1. When I read your comment AlonsSpeed, I can see how and why the things they want to look at can work.

          – more races – provided they make sense a couple of extra races that would be at “normal” times for the American market could do wonders to get F1 working in the US. And yeah, if one can buy premium access where there is not much available, that would help. With more races, there is more likelyhood of it. Provided the calendar planning is done more with the traveling in mind (and less focused on forcing teams to accept a longer calendar like it has been for the last few years), I think the teams might accept it. Not a boatload, but a few more maybe at strategic places (those NY, LA, calefornia races? Maybe Argentina or something).

          And if Liberty gets the betting organised, while I myself am not a fan of it, I guess it would also be another incentive to get footage out there and boost the market. Betting is large in Asia as well, another fit.

          It would also mean doing some proper promotion of the sport, working together with sponsors to do so. I think that teams could be involved by having them bring a car and a few (ex-)drivers to events. They can still pull on Coulthard, next year Button will be available, maybe Massa can be available, I think Mario Andretti would be relatively open to it. And the likes of Jackie Steward can always be found, provided they get money from it too.

          When the earnings of the sport can be raised, it will be relatively easy to agree on new deals with all teams that have them getting their part and doing away with the signup money deals. And we can forget about the strategy group when the teams can buy a couple of % of shares of the sport outright.

        2. $900 woah. It’s not worth that much. And FYI, there are some very good HD streams available if you know where to look.

          1. You should look at NowTV her ein the UK, I refuse to pay £880+ to Sky for just F1. A weekend pass is £12 x 21 races = £252 a year which I dont mind so much

            WEC is €25 euro for all races, other than LeMans been ~€18.

        3. You paid $900 a year? Geez. You can get a basic cable subscription for that. A little bit more, and you’ve got HD + DVR.

    2. Stuart Becktell
      22nd September 2016, 17:14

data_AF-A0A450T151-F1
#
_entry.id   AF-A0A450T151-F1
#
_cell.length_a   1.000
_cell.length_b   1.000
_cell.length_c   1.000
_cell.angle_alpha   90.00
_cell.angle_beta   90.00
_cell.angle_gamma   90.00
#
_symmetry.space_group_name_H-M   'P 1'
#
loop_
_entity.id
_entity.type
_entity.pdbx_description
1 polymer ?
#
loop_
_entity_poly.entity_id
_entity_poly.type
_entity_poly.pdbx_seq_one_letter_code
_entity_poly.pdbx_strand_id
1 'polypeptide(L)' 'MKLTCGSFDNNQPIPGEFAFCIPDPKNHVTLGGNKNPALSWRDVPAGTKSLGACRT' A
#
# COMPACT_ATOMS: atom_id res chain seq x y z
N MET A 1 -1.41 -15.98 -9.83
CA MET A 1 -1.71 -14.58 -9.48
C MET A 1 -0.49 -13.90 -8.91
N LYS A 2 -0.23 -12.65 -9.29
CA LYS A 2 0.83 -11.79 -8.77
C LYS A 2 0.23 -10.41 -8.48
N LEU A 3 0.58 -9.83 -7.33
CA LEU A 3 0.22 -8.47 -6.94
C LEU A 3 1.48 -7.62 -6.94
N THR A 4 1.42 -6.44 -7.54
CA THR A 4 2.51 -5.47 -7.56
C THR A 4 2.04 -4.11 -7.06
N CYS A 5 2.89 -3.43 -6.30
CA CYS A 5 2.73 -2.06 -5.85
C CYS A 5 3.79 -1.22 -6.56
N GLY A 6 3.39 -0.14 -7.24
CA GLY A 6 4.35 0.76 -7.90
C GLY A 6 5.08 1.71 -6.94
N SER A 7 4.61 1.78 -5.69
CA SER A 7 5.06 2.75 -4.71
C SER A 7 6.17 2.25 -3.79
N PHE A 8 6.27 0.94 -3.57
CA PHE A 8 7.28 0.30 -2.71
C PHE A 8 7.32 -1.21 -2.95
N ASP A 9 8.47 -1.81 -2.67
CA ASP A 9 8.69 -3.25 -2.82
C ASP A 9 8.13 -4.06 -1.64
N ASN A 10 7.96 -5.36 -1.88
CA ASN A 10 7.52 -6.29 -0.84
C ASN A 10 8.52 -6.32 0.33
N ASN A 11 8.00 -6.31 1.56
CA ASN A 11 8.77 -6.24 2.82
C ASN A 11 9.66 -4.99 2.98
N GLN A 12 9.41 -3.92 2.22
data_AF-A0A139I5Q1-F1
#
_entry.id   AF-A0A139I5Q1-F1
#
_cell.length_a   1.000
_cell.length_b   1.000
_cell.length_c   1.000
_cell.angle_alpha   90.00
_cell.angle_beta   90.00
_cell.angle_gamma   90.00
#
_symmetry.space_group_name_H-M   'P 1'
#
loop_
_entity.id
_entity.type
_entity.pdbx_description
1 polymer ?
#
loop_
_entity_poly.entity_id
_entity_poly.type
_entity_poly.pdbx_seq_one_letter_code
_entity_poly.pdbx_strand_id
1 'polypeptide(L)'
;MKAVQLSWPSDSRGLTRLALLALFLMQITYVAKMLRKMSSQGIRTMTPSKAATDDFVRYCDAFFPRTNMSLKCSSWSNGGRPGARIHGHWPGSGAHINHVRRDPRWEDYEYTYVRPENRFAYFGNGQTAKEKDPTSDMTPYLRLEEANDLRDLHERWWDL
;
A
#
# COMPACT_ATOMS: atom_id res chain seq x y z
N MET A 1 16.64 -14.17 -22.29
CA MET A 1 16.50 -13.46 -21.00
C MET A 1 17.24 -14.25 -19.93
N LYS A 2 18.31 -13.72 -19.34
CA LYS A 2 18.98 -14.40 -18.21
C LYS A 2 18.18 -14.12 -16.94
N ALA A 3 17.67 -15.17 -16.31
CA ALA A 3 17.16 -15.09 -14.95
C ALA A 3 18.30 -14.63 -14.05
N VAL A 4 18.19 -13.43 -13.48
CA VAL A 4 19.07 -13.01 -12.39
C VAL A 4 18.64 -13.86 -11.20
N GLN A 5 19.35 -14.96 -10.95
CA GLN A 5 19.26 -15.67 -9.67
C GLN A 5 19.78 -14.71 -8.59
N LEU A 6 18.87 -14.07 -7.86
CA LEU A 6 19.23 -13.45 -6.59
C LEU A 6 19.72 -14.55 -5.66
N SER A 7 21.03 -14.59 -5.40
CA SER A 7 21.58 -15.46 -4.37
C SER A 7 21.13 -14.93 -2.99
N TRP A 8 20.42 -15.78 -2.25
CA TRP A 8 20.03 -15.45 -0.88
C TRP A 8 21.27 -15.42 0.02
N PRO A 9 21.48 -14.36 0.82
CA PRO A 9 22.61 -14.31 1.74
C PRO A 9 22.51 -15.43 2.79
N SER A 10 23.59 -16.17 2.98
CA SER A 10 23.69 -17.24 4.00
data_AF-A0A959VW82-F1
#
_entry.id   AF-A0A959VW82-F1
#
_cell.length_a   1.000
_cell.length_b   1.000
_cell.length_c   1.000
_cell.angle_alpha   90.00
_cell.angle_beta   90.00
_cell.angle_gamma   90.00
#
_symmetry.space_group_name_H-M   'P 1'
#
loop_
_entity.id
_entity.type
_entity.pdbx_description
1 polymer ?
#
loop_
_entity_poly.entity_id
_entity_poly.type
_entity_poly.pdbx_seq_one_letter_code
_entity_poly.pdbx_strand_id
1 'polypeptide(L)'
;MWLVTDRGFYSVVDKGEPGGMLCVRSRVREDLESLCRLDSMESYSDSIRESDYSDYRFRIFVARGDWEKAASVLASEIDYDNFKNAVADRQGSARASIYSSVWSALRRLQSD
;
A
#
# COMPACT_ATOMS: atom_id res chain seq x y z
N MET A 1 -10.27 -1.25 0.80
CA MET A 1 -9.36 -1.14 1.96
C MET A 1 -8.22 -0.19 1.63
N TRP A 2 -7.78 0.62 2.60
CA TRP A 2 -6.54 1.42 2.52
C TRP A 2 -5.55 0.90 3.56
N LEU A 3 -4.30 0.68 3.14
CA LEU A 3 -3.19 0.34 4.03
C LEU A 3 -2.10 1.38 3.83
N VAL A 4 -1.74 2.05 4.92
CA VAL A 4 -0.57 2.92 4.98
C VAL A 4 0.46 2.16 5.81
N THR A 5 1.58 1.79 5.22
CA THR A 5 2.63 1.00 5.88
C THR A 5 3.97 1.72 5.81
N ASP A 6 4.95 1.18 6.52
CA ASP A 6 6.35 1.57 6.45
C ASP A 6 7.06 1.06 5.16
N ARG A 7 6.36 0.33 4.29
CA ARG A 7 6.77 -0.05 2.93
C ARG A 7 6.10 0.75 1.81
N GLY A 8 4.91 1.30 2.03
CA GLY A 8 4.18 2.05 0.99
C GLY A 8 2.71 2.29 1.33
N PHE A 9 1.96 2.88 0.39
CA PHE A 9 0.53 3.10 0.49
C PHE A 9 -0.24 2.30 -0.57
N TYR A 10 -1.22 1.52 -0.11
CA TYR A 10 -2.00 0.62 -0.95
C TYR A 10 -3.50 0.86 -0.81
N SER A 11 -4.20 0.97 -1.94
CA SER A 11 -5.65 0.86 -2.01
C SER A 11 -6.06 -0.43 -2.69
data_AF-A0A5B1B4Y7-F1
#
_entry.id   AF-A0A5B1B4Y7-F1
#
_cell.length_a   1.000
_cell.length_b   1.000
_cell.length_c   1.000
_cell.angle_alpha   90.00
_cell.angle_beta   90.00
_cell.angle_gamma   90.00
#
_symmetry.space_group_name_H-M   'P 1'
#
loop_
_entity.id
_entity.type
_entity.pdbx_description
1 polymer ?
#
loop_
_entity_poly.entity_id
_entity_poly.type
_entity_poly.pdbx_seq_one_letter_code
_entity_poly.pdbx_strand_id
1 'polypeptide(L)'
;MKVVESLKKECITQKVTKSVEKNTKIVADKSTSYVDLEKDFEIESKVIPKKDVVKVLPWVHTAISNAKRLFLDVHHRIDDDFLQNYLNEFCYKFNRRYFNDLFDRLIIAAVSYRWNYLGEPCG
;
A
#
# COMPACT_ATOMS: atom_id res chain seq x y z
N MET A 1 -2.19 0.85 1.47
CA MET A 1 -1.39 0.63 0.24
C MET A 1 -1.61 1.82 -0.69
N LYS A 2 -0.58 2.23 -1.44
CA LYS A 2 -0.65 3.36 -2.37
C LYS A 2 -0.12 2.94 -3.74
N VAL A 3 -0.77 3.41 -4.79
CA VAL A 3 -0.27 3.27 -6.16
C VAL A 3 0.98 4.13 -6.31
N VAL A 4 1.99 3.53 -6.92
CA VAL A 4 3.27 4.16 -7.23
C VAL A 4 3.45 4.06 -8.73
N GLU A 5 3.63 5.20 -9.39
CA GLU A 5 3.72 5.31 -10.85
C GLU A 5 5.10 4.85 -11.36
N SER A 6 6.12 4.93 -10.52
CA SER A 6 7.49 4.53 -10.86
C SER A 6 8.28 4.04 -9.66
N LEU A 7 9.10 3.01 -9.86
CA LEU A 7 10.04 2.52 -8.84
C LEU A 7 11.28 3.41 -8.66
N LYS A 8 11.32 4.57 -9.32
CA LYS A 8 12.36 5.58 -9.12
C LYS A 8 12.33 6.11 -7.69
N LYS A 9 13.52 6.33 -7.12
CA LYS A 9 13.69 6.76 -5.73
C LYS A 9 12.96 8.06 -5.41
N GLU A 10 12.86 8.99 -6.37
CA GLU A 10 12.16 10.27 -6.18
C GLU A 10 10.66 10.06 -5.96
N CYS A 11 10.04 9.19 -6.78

I would be lying if I said the first part about moving to more paid TV services didn’t scare me. I would love digital services to be available, expecting that it would require payment, but having everywhere in the world go to pay TV is a bad idea.

      I also never knew there was a Grand Prix in Denver? There was a CART race there but thats obviously not F1! Hopefully they remember the issues which occurred with the Las Vegas F1 race too.

      1. Maybe he meant Dallas? Or Detroit? Neither especially nearby, though.

      2. Well, he lives in Colorado; maybe he just let slip that the next North American F1 race might be called the Mile High Grand Prix?

        1. Peppermint-Lemon (@)
          22nd September 2016, 19:01

          Buh Dum chaaah! :)

        2. That wont do much for HP.

          1. Mexico City is higher. We in Denver just like our branding.

            1. Exactly, a mile high is not even that high. But it has been historically good marketing for the city.

      3. Right on about the CART race in Denver. Which was a big money losers for the promoters. There was a direct infusion of several million dollars from Bill Daniels (a local big $$$ guy who is now long deceased) to keep things on track, no pun intended. Also seems this guy never heard of Austin, TX either. More than 21 races a year?? I am thinking the drivers and pit crews may have something to say about that schedule as it seems pretty exhaustive at the time. LIBERTY is owned by John Malone who was never a racing fan of any sort that I an aware of…. Thanks, Norris